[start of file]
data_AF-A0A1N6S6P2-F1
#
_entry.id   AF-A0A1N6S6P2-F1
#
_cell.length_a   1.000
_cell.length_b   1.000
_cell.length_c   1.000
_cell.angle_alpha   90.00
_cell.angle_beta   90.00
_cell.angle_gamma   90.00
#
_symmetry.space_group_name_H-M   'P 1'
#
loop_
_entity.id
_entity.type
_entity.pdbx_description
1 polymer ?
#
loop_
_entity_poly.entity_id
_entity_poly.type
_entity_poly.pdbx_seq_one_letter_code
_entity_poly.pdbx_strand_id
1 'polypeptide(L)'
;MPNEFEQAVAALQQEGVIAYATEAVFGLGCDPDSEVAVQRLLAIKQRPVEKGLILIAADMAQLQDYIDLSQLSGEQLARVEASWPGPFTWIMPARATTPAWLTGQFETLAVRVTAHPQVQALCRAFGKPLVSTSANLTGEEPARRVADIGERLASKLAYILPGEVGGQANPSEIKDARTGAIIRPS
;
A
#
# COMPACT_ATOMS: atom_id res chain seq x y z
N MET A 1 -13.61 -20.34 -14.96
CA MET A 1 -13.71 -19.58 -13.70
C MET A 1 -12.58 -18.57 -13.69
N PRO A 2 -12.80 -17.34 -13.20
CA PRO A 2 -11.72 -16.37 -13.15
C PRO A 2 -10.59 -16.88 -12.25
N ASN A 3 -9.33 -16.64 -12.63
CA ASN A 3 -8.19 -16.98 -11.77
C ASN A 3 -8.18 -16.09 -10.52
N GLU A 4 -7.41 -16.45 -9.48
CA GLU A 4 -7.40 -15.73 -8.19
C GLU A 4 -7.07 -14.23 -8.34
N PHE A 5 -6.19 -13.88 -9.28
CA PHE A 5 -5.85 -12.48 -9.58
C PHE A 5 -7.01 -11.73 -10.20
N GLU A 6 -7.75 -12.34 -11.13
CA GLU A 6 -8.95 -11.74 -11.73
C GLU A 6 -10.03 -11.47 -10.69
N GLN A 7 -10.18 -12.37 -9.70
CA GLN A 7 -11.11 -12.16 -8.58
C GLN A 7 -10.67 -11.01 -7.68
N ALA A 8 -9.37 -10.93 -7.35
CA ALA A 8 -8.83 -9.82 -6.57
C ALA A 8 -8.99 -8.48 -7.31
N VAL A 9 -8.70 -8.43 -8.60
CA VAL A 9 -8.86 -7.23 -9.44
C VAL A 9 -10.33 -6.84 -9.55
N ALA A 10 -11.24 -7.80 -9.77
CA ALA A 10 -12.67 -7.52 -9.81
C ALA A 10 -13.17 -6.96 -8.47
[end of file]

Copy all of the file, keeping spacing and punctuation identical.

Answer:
data_AF-A0A1N6S6P2-F1
#
_entry.id   AF-A0A1N6S6P2-F1
#
_cell.length_a   1.000
_cell.length_b   1.000
_cell.length_c   1.000
_cell.angle_alpha   90.00
_cell.angle_beta   90.00
_cell.angle_gamma   90.00
#
_symmetry.space_group_name_H-M   'P 1'
#
loop_
_entity.id
_entity.type
_entity.pdbx_description
1 polymer ?
#
loop_
_entity_poly.entity_id
_entity_poly.type
_entity_poly.pdbx_seq_one_letter_code
_entity_poly.pdbx_strand_id
1 'polypeptide(L)'
;MPNEFEQAVAALQQEGVIAYATEAVFGLGCDPDSEVAVQRLLAIKQRPVEKGLILIAADMAQLQDYIDLSQLSGEQLARVEASWPGPFTWIMPARATTPAWLTGQFETLAVRVTAHPQVQALCRAFGKPLVSTSANLTGEEPARRVADIGERLASKLAYILPGEVGGQANPSEIKDARTGAIIRPS
;
A
#
# COMPACT_ATOMS: atom_id res chain seq x y z
N MET A 1 -13.61 -20.34 -14.96
CA MET A 1 -13.71 -19.58 -13.70
C MET A 1 -12.58 -18.57 -13.69
N PRO A 2 -12.80 -17.34 -13.20
CA PRO A 2 -11.72 -16.37 -13.15
C PRO A 2 -10.59 -16.88 -12.25
N ASN A 3 -9.33 -16.64 -12.63
CA ASN A 3 -8.19 -16.98 -11.77
C ASN A 3 -8.18 -16.09 -10.52
N GLU A 4 -7.41 -16.45 -9.48
CA GLU A 4 -7.40 -15.73 -8.19
C GLU A 4 -7.07 -14.23 -8.34
N PHE A 5 -6.19 -13.88 -9.28
CA PHE A 5 -5.85 -12.48 -9.58
C PHE A 5 -7.01 -11.73 -10.20
N GLU A 6 -7.75 -12.34 -11.13
CA GLU A 6 -8.95 -11.74 -11.73
C GLU A 6 -10.03 -11.47 -10.69
N GLN A 7 -10.18 -12.37 -9.70
CA GLN A 7 -11.11 -12.16 -8.58
C GLN A 7 -10.67 -11.01 -7.68
N ALA A 8 -9.37 -10.93 -7.35
CA ALA A 8 -8.83 -9.82 -6.57
C ALA A 8 -8.99 -8.48 -7.31
N VAL A 9 -8.70 -8.43 -8.60
CA VAL A 9 -8.86 -7.23 -9.44
C VAL A 9 -10.33 -6.84 -9.55
N ALA A 10 -11.24 -7.80 -9.77
CA ALA A 10 -12.67 -7.52 -9.81
C ALA A 10 -13.17 -6.96 -8.47